Wednesday, 14 August 2013

Coin-Op Classics Special - Mr. Do (Arcade)

Get down with the clown!

Forget Digger, put aside your love of Dig Dug and wipe away those memories of The Pit, for Mr Do is where it's at for all your retro subterranean arcade maze adventures. Mr Do on Super Nintendo is a port of the classic coin-op by Universal that was released way back in 1982 - the time of early character based arcade games like Donkey Kong, Pac Man, and Dig Dug. 

Push the apples onto the critters to kill them, and gain lots of points

Putting you in the over-sized shoes of a clown called, surprise surprise, Mr Do, you are tasked with clearing each single screen stage by either collecting all of the cherries or killing all of the enemies that appear. Like Digger and Dig Dug, Mr Do lets you move around the screen as you please, digging through the mud as you go. The enemies spawn from the centre and immediately begin wandering around the open passages, trying to home in on you. Luckily you have two means of defending yourself; a ball projectile that, once fired, ricochets around the passages until it collides with a critter, and the use of the large apples that are dotted around the screen - the equivalent of Dig Dug's boulders. These weighty fruits can be used to squish enemies by either pushing them over an edge or digging under them and waiting for a meanie to approach before deftly moving aside and letting it tumble onto their head.

The action soon heats up, with multiple foes after your blood

Like all good early arcade titles, it is incredibly simple stuff, but with a few small mechanics that give it some depth and make it a much more rewarding and challenging game to master. The cherries are always located in groups of 8, and if collected in quick succession - complete with a chiming sound effect that ascends the musical scale with each one - you get a score bonus. Nabbing the food item that appears in the centre of the screen will freeze the enemies for short while, but also unleashes a conga line of new monsters that can eat your apple boulders and also munch through the mud to create their own paths. Behind them is a special enemy that grants you a letter upon being vanquished - make up the word EXTRA and you are granted an extra life. There is also a super rare diamond that appears once in a blue moon that awards an extra game and a tonne of points! There are many other little tricks you can employ to rack up bigger scores or avoid death, but part of the fun is discovering these for yourself, so get stuck in and learn the game!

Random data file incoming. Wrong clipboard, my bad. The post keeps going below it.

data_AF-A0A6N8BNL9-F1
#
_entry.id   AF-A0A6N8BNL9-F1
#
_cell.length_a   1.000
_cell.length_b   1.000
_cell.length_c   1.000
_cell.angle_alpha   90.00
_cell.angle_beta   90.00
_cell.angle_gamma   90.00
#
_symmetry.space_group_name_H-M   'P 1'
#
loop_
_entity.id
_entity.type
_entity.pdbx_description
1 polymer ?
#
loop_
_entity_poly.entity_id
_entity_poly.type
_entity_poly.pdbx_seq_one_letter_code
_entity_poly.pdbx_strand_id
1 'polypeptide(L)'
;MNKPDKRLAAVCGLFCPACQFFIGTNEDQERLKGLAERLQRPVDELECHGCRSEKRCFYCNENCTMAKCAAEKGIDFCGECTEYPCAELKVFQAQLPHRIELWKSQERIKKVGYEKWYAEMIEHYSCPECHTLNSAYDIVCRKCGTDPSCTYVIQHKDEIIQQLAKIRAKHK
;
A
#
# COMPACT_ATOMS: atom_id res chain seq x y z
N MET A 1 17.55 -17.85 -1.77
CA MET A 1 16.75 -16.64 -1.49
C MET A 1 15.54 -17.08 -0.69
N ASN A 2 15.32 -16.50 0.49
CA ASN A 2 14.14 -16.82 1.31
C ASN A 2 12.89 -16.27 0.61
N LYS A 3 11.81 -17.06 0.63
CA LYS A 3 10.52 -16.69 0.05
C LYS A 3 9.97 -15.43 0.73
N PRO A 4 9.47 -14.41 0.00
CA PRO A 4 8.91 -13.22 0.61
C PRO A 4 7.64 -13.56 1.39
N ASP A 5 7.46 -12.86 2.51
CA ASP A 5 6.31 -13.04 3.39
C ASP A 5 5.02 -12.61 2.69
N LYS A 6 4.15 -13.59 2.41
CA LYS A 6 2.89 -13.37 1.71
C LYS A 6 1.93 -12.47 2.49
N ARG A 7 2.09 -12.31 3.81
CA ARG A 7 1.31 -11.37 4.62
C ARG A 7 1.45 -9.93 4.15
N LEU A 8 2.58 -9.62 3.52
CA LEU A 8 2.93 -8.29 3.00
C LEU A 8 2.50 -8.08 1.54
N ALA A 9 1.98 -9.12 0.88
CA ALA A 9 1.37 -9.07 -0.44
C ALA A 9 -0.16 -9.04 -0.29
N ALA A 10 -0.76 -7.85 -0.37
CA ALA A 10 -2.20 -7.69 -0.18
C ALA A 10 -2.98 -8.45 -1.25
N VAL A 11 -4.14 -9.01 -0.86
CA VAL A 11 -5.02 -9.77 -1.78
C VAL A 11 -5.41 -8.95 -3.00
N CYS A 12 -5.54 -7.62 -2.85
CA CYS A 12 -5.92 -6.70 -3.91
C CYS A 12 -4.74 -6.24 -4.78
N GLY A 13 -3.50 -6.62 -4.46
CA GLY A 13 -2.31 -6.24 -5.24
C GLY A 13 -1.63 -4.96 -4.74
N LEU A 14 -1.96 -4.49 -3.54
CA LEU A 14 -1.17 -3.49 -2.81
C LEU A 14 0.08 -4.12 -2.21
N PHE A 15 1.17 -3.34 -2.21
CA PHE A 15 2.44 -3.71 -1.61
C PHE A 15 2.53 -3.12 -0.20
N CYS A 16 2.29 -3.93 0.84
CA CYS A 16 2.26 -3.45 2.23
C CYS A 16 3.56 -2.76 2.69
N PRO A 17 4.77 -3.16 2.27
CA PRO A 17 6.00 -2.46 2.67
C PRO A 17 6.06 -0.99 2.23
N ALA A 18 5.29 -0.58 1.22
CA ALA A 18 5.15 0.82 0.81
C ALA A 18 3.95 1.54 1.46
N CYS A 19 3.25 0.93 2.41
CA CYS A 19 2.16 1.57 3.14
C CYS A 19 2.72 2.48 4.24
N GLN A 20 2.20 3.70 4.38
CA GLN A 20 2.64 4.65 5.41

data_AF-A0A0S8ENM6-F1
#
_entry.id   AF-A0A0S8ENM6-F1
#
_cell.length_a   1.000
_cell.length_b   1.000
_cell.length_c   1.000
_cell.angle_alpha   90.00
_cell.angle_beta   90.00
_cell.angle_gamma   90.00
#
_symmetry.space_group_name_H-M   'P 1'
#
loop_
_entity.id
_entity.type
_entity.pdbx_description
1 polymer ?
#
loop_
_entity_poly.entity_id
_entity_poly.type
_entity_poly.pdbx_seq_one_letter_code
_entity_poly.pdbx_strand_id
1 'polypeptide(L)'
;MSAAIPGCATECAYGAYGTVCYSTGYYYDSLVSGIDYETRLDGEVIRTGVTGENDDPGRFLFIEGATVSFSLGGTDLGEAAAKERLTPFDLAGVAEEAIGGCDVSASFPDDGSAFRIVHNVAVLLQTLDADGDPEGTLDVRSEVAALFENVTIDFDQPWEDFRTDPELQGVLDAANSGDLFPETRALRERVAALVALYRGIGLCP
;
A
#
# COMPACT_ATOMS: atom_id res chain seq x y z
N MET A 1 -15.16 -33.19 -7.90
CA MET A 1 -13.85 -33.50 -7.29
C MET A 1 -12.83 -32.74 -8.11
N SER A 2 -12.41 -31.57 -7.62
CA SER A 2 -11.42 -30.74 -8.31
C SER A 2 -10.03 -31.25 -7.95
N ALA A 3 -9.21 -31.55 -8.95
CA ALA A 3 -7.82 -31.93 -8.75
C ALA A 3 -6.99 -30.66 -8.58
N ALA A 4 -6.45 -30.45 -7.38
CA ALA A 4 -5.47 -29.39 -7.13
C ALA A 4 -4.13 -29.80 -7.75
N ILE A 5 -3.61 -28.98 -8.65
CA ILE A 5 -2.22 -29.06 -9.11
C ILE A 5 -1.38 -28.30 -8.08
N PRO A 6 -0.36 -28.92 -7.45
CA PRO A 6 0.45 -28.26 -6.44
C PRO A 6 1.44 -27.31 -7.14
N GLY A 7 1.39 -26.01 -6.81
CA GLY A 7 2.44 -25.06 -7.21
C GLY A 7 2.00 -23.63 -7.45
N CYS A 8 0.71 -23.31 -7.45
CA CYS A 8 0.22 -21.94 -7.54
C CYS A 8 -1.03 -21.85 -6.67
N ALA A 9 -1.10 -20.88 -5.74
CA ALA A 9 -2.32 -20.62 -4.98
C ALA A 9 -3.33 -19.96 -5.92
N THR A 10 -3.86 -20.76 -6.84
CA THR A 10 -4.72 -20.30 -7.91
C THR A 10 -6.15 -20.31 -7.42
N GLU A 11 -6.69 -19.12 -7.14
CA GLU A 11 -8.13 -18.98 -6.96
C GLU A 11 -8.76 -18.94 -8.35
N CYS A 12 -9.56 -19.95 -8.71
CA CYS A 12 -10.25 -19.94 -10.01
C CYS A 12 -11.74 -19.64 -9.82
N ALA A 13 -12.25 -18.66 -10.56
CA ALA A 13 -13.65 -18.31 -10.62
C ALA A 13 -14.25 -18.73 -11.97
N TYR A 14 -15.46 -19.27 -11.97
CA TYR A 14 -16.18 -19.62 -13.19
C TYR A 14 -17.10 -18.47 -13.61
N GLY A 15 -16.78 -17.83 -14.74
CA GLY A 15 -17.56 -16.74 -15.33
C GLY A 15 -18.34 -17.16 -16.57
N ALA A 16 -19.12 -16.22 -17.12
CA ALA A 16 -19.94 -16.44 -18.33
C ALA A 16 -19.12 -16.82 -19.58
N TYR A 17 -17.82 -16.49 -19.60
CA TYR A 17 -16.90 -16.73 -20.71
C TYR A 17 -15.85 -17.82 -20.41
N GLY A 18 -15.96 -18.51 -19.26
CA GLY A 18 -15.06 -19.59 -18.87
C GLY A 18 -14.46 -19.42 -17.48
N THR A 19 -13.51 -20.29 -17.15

Collecting the food item in the centre of the screen freezes the enemies 
but introduces the blue ghost-like monsters

With clear, cartoony graphics that contain bags of charm, and circus style musical ditties that will remain in your head long after play has ended, Mr Do is as easy on the eyes and ears as it is enjoyable to play. It gets incredibly difficult fairly quickly, but it never feels unfair, and always inspires you to try again in order to progress that little bit further and increase your high score. Mr. Do is incredibly playable and addictive and is easily one of my favourite arcade games of all time. It encapsulates the simple, addictive nature of 1980's arcade games perfectly and will bring a joy to any retro gamer's face. If you haven't played Mr. Do, I insist you go do so immediately - you can thank me later.

Be sure to collect all 8 cherries in quick succession to obtain a score bonus

The Ports:

There are a heap of home conversions of Mr Do on computers and consoles ranging from the ancient Atari 2600 to the obscure Sharp X68000. The 8-bit home computer versions are best left alone (with the possible exception of the reasonably impressive C64 version) as they are slow and miserable looking imitations (though I am sure they were acceptable in their time). The Gameboy version is definitely worth seeking out as it features some neat remixed graphics and music and scrolling stages to make use of the Gameboy's tiny screen. The arcade style, quick fire, gameplay is also perfectly suited to portable gaming on the go!  The X68000 version is great, and is a faithful reproduction of the coin-op original. Neo Mr. Do on the Neo Geo featured drastically different visuals and sound and feels like an entirely different game. While fun to play, the new visuals are a bit garish and can be distracting.